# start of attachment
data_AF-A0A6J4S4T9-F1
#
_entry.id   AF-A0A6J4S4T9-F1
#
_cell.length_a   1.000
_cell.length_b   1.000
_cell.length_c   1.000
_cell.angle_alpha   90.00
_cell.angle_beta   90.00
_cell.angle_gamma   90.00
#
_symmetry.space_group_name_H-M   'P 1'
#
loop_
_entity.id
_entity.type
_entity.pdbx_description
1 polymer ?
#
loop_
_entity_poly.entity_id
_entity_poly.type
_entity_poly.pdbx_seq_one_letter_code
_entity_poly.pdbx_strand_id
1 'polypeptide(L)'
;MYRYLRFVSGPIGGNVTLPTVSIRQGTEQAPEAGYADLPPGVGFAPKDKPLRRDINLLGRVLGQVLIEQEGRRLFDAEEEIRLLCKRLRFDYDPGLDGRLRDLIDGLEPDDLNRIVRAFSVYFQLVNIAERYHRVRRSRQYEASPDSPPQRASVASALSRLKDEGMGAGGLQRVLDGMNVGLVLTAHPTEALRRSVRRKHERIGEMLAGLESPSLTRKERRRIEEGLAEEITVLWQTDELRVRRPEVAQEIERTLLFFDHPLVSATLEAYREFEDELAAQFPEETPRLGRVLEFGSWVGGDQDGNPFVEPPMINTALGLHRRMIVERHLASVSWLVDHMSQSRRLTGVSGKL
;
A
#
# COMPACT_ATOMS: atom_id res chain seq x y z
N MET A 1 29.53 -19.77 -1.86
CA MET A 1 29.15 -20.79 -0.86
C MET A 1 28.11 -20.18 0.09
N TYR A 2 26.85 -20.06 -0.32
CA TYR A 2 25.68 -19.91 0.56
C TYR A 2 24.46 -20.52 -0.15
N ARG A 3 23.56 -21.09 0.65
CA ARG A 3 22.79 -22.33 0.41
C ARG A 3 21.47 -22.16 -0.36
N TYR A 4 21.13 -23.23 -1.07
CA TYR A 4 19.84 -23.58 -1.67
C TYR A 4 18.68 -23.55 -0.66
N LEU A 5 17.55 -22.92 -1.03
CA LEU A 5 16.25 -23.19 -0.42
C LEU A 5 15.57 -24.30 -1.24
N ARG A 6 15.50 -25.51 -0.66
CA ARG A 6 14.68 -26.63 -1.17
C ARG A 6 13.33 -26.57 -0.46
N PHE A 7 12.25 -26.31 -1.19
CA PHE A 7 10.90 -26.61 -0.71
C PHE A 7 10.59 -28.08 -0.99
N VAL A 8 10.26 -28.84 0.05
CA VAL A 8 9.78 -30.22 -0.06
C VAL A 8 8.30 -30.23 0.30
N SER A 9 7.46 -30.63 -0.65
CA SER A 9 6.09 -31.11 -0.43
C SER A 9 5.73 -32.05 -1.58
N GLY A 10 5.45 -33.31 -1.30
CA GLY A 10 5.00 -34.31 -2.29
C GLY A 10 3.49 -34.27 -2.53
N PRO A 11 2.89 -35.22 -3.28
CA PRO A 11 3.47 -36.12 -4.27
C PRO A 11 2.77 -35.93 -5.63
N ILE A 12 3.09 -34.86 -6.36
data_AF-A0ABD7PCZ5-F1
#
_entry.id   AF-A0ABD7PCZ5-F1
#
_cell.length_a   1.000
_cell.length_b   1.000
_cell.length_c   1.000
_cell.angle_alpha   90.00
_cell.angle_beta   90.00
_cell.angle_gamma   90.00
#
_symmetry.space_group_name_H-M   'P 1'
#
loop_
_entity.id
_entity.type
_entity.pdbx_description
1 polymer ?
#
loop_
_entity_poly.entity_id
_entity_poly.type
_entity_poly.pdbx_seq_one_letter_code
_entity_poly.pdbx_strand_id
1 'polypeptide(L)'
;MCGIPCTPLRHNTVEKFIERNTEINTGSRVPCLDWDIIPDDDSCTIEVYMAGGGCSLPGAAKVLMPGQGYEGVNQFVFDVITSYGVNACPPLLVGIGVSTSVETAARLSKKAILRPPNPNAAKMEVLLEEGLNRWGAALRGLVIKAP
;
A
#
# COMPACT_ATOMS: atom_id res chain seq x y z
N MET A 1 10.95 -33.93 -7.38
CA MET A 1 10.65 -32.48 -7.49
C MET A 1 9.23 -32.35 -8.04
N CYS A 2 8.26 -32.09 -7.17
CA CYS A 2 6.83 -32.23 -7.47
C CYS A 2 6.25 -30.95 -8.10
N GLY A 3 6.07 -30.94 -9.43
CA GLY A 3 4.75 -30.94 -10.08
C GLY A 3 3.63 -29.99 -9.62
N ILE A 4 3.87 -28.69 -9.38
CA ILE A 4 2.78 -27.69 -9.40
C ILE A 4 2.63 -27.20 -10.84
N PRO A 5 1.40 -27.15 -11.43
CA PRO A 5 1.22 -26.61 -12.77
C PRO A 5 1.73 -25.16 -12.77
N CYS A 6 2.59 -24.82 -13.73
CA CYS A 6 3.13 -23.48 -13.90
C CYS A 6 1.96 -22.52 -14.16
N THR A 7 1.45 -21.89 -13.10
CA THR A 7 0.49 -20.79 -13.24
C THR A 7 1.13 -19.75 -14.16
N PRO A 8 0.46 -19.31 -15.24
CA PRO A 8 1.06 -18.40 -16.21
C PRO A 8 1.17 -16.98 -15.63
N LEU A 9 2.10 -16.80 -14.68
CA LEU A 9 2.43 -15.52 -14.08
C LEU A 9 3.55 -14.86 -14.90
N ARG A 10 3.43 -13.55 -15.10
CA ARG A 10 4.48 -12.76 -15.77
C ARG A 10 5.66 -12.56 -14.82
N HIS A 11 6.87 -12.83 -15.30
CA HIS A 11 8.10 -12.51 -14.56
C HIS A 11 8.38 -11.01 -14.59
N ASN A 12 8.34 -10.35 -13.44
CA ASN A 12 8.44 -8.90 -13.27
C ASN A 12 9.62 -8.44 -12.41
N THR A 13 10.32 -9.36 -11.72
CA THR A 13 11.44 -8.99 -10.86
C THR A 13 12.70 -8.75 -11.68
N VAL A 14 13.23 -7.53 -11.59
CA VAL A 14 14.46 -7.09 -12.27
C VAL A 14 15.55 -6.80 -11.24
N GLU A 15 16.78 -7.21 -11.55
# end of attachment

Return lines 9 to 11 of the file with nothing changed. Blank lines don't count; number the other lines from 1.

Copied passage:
_cell.angle_beta   90.00
_cell.angle_gamma   90.00
#